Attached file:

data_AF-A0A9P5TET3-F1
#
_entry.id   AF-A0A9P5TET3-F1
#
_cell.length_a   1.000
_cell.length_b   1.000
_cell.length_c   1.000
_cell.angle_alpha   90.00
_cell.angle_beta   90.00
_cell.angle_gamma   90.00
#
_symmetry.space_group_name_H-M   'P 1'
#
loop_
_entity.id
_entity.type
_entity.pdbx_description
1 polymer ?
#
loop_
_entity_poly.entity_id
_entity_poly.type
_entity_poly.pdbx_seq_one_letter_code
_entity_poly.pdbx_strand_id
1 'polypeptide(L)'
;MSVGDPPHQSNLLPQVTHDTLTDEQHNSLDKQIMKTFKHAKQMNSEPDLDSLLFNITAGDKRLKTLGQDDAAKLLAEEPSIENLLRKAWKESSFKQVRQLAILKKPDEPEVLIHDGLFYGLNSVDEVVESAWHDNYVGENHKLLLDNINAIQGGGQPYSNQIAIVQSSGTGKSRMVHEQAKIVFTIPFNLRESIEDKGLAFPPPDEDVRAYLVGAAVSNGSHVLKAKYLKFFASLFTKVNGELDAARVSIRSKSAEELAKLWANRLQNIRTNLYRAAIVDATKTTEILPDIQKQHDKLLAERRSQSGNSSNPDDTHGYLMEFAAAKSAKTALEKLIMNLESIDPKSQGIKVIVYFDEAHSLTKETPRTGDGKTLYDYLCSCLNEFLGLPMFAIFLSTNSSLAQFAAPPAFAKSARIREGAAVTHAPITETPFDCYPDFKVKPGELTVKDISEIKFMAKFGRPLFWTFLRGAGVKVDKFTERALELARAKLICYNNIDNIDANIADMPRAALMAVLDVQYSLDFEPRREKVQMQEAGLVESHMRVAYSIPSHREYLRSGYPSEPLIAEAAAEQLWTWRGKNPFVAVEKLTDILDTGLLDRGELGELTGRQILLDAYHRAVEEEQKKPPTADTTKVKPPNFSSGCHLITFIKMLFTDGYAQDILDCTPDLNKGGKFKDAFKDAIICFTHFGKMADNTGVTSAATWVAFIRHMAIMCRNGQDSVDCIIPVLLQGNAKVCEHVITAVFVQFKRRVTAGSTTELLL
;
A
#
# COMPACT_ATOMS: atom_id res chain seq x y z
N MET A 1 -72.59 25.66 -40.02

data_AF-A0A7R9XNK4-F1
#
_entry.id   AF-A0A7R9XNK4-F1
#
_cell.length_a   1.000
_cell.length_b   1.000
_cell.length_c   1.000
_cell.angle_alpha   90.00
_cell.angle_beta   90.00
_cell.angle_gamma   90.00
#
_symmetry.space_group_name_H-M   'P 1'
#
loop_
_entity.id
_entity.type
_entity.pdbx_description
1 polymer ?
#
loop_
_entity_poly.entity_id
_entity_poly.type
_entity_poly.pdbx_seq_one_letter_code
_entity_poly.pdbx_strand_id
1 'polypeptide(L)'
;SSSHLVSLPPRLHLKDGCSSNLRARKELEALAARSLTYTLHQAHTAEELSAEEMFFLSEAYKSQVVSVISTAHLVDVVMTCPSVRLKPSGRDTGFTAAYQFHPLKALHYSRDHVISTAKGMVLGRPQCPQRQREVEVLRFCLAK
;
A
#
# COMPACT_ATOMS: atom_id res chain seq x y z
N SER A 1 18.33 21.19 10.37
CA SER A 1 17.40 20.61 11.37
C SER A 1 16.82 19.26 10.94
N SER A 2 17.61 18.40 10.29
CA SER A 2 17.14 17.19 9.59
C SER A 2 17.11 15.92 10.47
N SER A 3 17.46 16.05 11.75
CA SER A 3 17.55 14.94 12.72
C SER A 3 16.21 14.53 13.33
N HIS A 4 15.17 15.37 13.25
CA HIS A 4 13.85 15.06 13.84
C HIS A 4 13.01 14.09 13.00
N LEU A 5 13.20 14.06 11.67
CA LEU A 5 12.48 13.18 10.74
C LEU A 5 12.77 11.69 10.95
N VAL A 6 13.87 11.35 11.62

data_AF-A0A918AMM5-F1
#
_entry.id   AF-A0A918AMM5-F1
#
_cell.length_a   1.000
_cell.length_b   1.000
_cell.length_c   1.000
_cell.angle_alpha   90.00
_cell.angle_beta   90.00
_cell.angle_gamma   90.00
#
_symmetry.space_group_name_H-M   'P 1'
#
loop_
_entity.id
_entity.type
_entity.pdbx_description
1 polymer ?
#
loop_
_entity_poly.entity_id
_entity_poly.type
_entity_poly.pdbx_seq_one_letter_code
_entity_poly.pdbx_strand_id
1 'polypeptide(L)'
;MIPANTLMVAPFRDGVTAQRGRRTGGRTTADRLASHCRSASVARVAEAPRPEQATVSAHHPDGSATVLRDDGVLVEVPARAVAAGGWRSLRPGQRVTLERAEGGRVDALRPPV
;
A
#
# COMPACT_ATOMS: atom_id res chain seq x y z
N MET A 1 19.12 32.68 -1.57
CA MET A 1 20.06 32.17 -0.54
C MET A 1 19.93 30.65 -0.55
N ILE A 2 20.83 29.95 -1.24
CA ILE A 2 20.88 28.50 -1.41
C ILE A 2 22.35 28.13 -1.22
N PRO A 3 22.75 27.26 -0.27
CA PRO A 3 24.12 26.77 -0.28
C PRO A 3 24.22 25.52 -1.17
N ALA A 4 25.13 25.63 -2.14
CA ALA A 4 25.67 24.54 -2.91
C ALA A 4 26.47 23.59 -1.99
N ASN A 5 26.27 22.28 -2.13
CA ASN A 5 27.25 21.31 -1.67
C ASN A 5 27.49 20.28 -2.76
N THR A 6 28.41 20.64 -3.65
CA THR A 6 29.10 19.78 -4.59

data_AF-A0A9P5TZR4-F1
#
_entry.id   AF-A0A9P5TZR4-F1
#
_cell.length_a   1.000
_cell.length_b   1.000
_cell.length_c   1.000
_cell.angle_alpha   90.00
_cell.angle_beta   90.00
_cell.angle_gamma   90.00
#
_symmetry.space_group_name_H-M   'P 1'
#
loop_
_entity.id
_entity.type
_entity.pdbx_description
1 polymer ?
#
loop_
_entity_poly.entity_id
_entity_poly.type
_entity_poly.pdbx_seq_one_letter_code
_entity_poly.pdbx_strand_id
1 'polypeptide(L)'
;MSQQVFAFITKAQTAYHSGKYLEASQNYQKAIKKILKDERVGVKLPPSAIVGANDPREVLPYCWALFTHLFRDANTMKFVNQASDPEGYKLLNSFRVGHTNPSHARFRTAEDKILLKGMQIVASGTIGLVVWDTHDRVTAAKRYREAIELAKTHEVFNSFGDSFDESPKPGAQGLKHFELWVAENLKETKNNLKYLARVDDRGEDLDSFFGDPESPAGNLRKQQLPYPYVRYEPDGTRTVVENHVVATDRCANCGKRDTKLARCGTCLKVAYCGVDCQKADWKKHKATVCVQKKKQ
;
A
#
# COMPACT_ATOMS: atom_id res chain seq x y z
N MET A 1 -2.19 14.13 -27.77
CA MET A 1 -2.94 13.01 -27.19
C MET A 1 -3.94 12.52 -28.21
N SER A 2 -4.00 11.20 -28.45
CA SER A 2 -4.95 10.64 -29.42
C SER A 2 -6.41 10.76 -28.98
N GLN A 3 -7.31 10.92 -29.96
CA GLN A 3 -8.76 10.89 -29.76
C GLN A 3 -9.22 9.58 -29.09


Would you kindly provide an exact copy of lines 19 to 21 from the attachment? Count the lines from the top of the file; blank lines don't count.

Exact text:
#
loop_
_entity_poly.entity_id